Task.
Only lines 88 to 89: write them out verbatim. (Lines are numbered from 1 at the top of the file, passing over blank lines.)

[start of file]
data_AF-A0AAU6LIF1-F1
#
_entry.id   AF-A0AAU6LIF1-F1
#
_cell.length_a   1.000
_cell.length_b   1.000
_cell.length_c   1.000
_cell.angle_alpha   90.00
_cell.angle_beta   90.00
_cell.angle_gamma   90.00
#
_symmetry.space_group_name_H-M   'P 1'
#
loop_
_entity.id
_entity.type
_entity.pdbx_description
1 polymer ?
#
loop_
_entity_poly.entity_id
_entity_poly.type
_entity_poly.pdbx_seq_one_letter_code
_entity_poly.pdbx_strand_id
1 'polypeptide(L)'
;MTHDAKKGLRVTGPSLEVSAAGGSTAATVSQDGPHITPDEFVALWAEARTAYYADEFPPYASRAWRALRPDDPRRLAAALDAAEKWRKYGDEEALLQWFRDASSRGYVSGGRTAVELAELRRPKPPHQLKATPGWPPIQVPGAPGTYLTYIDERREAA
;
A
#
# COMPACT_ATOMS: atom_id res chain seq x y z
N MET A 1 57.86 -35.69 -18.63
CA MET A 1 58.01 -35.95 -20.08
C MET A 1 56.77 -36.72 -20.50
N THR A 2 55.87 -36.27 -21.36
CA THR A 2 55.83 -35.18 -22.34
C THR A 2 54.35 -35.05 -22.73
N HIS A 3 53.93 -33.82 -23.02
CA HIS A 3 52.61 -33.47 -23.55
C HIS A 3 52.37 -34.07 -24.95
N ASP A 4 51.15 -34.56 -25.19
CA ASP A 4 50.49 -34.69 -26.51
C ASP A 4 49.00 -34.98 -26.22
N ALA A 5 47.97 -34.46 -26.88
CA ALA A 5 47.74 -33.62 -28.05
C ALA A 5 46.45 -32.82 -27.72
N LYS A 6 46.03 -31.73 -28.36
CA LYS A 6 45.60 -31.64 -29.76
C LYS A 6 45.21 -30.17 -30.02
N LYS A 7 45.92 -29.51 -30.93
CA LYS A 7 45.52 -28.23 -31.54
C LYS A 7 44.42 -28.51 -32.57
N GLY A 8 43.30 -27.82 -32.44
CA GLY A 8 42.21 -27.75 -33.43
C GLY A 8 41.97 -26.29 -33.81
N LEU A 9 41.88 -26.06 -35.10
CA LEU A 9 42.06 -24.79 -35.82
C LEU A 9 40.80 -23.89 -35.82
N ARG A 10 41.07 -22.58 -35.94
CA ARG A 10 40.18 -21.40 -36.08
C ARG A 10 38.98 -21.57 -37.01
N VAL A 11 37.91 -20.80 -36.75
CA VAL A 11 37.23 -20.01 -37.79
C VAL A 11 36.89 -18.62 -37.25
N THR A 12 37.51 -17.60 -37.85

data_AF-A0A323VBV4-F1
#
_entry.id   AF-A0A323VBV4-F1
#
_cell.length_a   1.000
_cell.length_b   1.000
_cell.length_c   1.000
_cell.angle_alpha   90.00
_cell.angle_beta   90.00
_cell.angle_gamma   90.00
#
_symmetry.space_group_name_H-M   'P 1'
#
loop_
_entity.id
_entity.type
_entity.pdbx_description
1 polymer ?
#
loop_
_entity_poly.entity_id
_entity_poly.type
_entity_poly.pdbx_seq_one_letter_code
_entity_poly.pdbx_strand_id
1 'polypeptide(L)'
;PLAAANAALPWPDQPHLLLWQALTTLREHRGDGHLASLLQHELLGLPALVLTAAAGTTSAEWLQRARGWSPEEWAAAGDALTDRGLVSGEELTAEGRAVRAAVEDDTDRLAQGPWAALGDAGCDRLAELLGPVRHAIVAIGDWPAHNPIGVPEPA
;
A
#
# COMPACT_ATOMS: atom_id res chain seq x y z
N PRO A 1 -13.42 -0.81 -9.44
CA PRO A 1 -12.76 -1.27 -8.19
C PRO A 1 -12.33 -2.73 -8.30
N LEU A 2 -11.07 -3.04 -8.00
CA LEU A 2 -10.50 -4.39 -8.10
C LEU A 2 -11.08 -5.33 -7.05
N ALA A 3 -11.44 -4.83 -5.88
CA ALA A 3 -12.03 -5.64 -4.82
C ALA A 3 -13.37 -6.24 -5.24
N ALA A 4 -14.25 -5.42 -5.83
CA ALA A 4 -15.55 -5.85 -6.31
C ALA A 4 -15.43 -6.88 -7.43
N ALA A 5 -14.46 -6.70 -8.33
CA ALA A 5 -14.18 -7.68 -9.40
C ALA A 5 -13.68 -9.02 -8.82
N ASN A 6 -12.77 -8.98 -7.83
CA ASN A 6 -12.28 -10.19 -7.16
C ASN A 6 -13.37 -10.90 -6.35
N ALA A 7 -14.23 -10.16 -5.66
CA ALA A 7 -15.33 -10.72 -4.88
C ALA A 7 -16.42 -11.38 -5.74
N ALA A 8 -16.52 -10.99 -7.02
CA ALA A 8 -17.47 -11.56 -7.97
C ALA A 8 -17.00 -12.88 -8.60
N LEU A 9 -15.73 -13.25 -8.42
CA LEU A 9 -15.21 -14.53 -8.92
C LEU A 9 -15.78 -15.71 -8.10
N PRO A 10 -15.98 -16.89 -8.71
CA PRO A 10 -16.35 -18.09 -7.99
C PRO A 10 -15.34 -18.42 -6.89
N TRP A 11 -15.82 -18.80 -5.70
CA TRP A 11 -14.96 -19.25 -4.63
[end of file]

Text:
_entity_poly.pdbx_strand_id
1 'polypeptide(L)'